For more focused and useful lessons, it divides the novel into four easy to teach sections: 

  • Section 1: p.1-11
  • Section 2: p.12-21
  • Section 3: p.22-31
  • Section 4: p.32-41

Each section includes:

  • comprehension questions about the story with space for students to answer in full sentences;
  • a creative writing assignment where students can express their opinions about topics related to the text;
  • a vocabulary list with Japanese translations of key words to save on dictionary time and reduce confusion about meaning;
  • a word search puzzle for students to enjoy some quiet time to familiarize themselves with the vocabulary;
  • a sequencing worksheet where students can identify the different components of the story; and
  • a chapter quiz so you can assess your students’ comprehension of the text and vocabulary.

There are also: 

  • student handouts;
  • a crossword puzzle;
  • a make-your-own word search puzzle worksheet;
  • a make-your-own crossword puzzle worksheet;
  • a comic strip project;
  • an illustrator worksheet;
  • a summarizer worksheet;
  • a prediction worksheet;
  • a final test; 
  • a book cover project;
  • a book report assignment;
  • answer keys.

The best thing is that this novel study unit is still growing! Once purchased, all updates are FREE! Before deciding whether to buy this product check out this amazing bundle and save $$$!

Nate the Great and the Sticky Case, an ELT Novel Study for Spanish Speakers

05-nate-the-great-and-the-sticky-case-spanish

Will Nate the Great ever find Claude’s missing dinosaur? Read Nate the Great and the Sticky Case to find out! 

This English novel study is designed specifically for use in the ESL/EFL classroom with Spanish speaking young learners in mind. Meticulously crafted and easy to use for both teachers and students, this comprehensive booklet will absolutely enhance your teaching experience. It’s classroom tested, and it works.

This novel study is also available for students whose first language is Japanese or Korean.

For more focused and useful lessons, it divides the novel into four easy to teach sections:

  • Section 1: p.7-17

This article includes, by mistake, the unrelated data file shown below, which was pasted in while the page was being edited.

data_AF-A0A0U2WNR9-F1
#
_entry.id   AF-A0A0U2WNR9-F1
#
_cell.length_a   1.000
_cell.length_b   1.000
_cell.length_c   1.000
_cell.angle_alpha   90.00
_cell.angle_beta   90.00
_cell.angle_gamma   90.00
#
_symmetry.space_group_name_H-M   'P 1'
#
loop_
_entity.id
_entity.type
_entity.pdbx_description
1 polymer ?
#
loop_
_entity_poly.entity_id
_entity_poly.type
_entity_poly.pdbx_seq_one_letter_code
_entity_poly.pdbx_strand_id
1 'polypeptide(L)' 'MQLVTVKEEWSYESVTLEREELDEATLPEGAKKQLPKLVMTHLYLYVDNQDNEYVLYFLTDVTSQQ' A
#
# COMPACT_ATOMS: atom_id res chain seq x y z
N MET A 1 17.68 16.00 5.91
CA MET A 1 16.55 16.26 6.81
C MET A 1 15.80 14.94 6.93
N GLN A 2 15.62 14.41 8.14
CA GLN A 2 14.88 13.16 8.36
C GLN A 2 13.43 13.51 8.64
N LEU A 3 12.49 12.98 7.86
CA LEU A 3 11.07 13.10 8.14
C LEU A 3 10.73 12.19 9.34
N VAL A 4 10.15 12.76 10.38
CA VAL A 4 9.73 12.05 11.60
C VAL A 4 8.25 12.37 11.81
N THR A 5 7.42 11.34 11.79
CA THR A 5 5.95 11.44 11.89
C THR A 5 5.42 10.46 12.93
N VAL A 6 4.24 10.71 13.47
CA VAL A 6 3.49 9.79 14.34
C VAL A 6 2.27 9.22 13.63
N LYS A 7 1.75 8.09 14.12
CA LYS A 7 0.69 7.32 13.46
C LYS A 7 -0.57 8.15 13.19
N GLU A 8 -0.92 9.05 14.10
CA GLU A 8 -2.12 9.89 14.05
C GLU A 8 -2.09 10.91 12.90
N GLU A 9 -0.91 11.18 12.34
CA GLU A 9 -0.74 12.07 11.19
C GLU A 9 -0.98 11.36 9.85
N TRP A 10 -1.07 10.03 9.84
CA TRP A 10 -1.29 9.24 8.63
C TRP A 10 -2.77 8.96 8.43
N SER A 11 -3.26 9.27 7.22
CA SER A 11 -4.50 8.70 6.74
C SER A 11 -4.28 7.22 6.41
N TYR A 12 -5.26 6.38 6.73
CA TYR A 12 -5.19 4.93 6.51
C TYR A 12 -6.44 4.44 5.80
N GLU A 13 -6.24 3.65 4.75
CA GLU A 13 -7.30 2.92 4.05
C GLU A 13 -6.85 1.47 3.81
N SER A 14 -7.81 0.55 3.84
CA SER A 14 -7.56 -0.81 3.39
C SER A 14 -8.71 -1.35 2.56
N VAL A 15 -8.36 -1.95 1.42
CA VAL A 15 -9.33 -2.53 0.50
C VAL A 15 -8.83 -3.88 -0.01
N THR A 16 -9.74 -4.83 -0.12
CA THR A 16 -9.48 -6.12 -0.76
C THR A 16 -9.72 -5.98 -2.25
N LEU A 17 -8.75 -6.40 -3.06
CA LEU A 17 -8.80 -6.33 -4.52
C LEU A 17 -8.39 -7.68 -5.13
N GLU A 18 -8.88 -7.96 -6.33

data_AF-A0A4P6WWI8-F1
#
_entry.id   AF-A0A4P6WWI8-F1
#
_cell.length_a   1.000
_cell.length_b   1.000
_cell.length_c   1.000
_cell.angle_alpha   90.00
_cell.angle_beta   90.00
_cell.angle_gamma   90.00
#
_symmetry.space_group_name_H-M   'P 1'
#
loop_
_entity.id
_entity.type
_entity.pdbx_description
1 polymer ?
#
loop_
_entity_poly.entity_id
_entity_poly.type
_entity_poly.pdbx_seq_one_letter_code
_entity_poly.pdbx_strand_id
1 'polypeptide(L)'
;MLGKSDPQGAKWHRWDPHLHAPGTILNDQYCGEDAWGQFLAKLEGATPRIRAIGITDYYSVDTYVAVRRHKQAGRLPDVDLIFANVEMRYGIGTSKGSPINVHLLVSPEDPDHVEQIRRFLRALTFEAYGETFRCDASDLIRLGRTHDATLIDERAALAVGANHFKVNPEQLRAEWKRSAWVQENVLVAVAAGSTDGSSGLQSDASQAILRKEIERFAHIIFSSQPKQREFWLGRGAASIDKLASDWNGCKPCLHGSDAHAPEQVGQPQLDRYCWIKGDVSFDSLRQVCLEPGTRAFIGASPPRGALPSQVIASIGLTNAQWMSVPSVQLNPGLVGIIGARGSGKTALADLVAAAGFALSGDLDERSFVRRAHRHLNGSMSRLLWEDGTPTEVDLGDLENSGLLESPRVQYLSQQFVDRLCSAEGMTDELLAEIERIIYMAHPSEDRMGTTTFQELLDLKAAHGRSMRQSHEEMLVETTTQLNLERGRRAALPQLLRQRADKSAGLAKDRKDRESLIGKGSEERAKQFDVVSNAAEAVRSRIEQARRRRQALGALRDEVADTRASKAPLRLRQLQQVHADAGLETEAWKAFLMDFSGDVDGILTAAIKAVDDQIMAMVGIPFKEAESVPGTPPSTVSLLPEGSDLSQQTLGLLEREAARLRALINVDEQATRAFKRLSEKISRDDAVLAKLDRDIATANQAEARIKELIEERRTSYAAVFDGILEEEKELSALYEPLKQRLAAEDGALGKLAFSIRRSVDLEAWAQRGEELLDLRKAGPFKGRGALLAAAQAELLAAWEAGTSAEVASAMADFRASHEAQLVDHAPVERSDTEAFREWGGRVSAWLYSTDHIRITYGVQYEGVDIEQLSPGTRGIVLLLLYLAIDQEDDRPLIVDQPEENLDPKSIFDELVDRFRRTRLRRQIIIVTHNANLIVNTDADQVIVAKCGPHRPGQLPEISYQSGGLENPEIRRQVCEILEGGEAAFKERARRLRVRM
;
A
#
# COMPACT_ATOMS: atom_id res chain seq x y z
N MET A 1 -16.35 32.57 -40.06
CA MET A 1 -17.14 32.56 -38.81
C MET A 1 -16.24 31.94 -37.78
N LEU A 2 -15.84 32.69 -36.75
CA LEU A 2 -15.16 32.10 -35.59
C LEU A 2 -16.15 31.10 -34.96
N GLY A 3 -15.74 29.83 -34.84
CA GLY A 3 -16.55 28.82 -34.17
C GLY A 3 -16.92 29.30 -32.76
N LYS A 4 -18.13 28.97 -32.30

• Section 2: p.18-27
  • Section 3: p.28-37
  • Section 4: p.38-48

Each section includes:

  • comprehension questions about the story with space for students to answer in full sentences;
  • a creative writing assignment where students can express their opinions about topics related to the text;
  • a vocabulary list with Spanish translations of key words to save on dictionary time and reduce confusion about meaning;
  • a word search puzzle for students to enjoy some quiet time to familiarize themselves with the vocabulary;
  • a sequencing worksheet where students can identify the different components of the story; and
  • a chapter quiz so you can assess your students’ comprehension of the text and vocabulary.

There are also:

  • crossword puzzles;
  • a clue log;
  • a make-your-own word search puzzle worksheet;
  • a make-your-own crossword puzzle worksheet;
  • a comic strip project;
  • an illustrator worksheet;
  • a summarizer worksheet;
  • a prediction worksheet;
  • a final test;
  • a book cover project; and
  • a book report assignment.

Magic Tree House #30: Haunted Castle on Hallows Eve, a Halloween-Themed ESL/EFL Novel Study for Korean Speakers

If you are into teaching the Magic Tree House series to your young learners you will love volume 30, Haunted Castle on Hallows Eve, this Halloween. In this novel, Jack and Annie must find the Diamond of Destiny and save the mystical land of Camelot from the evil Raven King. It’s an exciting adventure that will keep both you and your students enthralled from beginning to end. 

The ESL Review has designed a novel study booklet perfect for students whose first language is Korean. It includes:

– comprehension questions about the story with space for students to answer in full sentences;

– a creative writing assignment where students can express their opinions about topics related to the text;

– a vocabulary list with Korean translations of key words to save on dictionary time and reduce confusion about meaning;

– a word search puzzle for students to enjoy some quiet time to familiarize themselves with the vocabulary;

– a sequencing worksheet where students can identify the different components of the story; and

– a chapter quiz so you can assess your students’ comprehension of the text and vocabulary.
There is also: 

– a comic strip worksheet;

– a vocabulary list;

– a summarizer worksheet;

– an illustrator worksheet;

– a make your own word search puzzle worksheet;

– a whole book crossword puzzle

– a make your own crossword puzzle worksheet;

– a making predictions worksheet;

– a final test with answer key;

– a book cover project; and

– a book report assignment.

This novel study booklet is also available in Spanish and Japanese. 

Nate the Great and the Halloween Hunt, an ESL/EFL Novel Study for Japanese, Korean, or Spanish Speakers

Here’s a scenario: Halloween is fast on its way and you need to teach a spooky book with your ESL/EFL students. You’re not sure what to do. Well, why not spend the holiday reading Nate the Great and the Halloween Hunt with your young learners? This children’s thriller will keep you on your toes as young super-sleuth Nate seeks out a lost cat on the scariest day of the year.

You might also want to think about trying The ESL Review’s novel study for this book. It has been expressly designed for teaching Nate the Great and the Hallloween Hunt to young learners whose first language is something other than English – like Japanese, Korean, or Spanish.

It’s classroom tested, and it works.